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An atom of any given element consists of a nucleus containing a
number of protons and neutrons. The nucleus is surrounded by
The halflife of a radioactive isotope is the time taken for half its
radioactive atoms to decay.
There are three main types of radiation, called alpha, beta and
gamma radiation, which all have different properties. Radiation can
damage cells and make them cancerous. Very high doses of
radiation can kill cells. It can be detected using photographic film or
a GeigerMuller tube. Radiation badges are used to monitor the
level of radiation that people who work with radioactive sources are
exposed to.
Radiation has many practical uses. It can be used in medicine to
trace where certain chemicals collect in the body, indicating
disease, and also in industry, where it can be used to control
measuring equipment.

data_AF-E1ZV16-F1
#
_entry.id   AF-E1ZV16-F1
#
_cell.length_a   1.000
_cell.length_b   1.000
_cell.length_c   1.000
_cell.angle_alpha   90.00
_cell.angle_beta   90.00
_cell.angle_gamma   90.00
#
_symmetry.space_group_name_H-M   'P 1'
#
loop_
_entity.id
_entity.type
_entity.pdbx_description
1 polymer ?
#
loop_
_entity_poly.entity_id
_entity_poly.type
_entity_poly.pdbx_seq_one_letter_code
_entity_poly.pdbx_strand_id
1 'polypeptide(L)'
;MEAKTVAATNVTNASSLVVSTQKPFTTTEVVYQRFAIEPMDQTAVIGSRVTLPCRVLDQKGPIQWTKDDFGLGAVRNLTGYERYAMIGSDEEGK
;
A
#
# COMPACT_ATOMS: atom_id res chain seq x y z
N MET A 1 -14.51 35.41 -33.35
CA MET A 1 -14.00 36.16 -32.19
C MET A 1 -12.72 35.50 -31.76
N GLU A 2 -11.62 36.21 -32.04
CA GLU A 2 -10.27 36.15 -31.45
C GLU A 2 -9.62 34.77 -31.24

Atoms and isotopes
The nuclear model
Structure of the atom
Atoms contain three subatomic particles called protons, neutrons and
electrons. The protons and neutrons are found in the nucleus at the centre
of the atom, and the electrons are arranged in energy levels or shells
around the nucleus.
All the atoms of a given element have the same number of protons and
electrons. However, the number of neutrons can vary. Atoms of the same
element that have different numbers of neutrons are called isotopes of that
element. The diagram shows three hydrogen isotopes.

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1 proton, 0 neutron, 1 electron
1. Back
2. 1
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The different isotopes of an element have identical chemical properties.
Some isotopes, however, are radioactive. This means that they give out
radiation from their nuclei. This happens all the time, whatever is done to
the substance. For example, the radiation is still given out if the substance
is cooled down in a freezer, or takes part in a chemical reaction.…read more


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